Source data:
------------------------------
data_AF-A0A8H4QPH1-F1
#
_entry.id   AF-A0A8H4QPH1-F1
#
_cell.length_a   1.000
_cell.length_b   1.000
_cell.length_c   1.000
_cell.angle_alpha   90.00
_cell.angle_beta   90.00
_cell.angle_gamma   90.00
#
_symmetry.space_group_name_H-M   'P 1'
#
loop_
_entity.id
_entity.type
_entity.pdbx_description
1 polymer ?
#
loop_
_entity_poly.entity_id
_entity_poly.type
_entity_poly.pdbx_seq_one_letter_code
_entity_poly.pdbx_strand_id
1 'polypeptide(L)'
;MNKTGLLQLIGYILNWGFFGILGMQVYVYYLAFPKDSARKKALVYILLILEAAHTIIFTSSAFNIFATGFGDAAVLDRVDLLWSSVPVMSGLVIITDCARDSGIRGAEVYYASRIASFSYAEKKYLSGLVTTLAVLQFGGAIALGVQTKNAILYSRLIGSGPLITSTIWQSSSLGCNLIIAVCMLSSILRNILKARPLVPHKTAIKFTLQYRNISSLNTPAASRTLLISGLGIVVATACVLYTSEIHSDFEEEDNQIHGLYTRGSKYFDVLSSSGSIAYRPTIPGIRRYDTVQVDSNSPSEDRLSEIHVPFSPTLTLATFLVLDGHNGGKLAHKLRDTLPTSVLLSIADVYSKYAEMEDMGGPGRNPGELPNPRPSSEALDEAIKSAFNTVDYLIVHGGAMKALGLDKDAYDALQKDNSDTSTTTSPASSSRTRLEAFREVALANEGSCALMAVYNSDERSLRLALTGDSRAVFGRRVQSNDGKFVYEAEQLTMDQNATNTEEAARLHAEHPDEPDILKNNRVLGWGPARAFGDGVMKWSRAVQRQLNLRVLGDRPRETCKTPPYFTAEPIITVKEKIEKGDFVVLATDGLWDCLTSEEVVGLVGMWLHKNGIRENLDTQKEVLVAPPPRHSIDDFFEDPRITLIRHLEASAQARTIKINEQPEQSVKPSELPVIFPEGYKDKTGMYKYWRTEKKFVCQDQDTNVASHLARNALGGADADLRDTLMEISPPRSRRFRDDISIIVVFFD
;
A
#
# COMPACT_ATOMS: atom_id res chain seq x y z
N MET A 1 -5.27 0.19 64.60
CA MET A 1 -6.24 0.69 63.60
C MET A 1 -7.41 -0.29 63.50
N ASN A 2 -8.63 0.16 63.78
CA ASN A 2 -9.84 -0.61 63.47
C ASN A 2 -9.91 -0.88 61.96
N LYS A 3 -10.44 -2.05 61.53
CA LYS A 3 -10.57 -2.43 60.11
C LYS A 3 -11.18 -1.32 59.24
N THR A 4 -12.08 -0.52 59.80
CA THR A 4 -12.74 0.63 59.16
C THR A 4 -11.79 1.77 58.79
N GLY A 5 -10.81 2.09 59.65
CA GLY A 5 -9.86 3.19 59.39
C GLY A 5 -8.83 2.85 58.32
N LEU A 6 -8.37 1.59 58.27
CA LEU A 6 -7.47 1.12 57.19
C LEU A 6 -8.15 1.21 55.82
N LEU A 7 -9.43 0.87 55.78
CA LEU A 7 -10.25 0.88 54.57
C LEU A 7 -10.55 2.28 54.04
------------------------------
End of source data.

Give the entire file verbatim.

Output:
data_AF-A0A8H4QPH1-F1
#
_entry.id   AF-A0A8H4QPH1-F1
#
_cell.length_a   1.000
_cell.length_b   1.000
_cell.length_c   1.000
_cell.angle_alpha   90.00
_cell.angle_beta   90.00
_cell.angle_gamma   90.00
#
_symmetry.space_group_name_H-M   'P 1'
#
loop_
_entity.id
_entity.type
_entity.pdbx_description
1 polymer ?
#
loop_
_entity_poly.entity_id
_entity_poly.type
_entity_poly.pdbx_seq_one_letter_code
_entity_poly.pdbx_strand_id
1 'polypeptide(L)'
;MNKTGLLQLIGYILNWGFFGILGMQVYVYYLAFPKDSARKKALVYILLILEAAHTIIFTSSAFNIFATGFGDAAVLDRVDLLWSSVPVMSGLVIITDCARDSGIRGAEVYYASRIASFSYAEKKYLSGLVTTLAVLQFGGAIALGVQTKNAILYSRLIGSGPLITSTIWQSSSLGCNLIIAVCMLSSILRNILKARPLVPHKTAIKFTLQYRNISSLNTPAASRTLLISGLGIVVATACVLYTSEIHSDFEEEDNQIHGLYTRGSKYFDVLSSSGSIAYRPTIPGIRRYDTVQVDSNSPSEDRLSEIHVPFSPTLTLATFLVLDGHNGGKLAHKLRDTLPTSVLLSIADVYSKYAEMEDMGGPGRNPGELPNPRPSSEALDEAIKSAFNTVDYLIVHGGAMKALGLDKDAYDALQKDNSDTSTTTSPASSSRTRLEAFREVALANEGSCALMAVYNSDERSLRLALTGDSRAVFGRRVQSNDGKFVYEAEQLTMDQNATNTEEAARLHAEHPDEPDILKNNRVLGWGPARAFGDGVMKWSRAVQRQLNLRVLGDRPRETCKTPPYFTAEPIITVKEKIEKGDFVVLATDGLWDCLTSEEVVGLVGMWLHKNGIRENLDTQKEVLVAPPPRHSIDDFFEDPRITLIRHLEASAQARTIKINEQPEQSVKPSELPVIFPEGYKDKTGMYKYWRTEKKFVCQDQDTNVASHLARNALGGADADLRDTLMEISPPRSRRFRDDISIIVVFFD
;
A
#
# COMPACT_ATOMS: atom_id res chain seq x y z
N MET A 1 -5.27 0.19 64.60
CA MET A 1 -6.24 0.69 63.60
C MET A 1 -7.41 -0.29 63.50
N ASN A 2 -8.63 0.16 63.78
CA ASN A 2 -9.84 -0.61 63.47
C ASN A 2 -9.91 -0.88 61.96
N LYS A 3 -10.44 -2.05 61.53
CA LYS A 3 -10.57 -2.43 60.11
C LYS A 3 -11.18 -1.32 59.24
N THR A 4 -12.08 -0.52 59.80
CA THR A 4 -12.74 0.63 59.16
C THR A 4 -11.79 1.77 58.79
N GLY A 5 -10.81 2.09 59.65
CA GLY A 5 -9.86 3.19 59.39
C GLY A 5 -8.83 2.85 58.32
N LEU A 6 -8.37 1.59 58.27
CA LEU A 6 -7.47 1.12 57.19
C LEU A 6 -8.15 1.21 55.82
N LEU A 7 -9.43 0.87 55.78
CA LEU A 7 -10.25 0.88 54.57
C LEU A 7 -10.55 2.28 54.04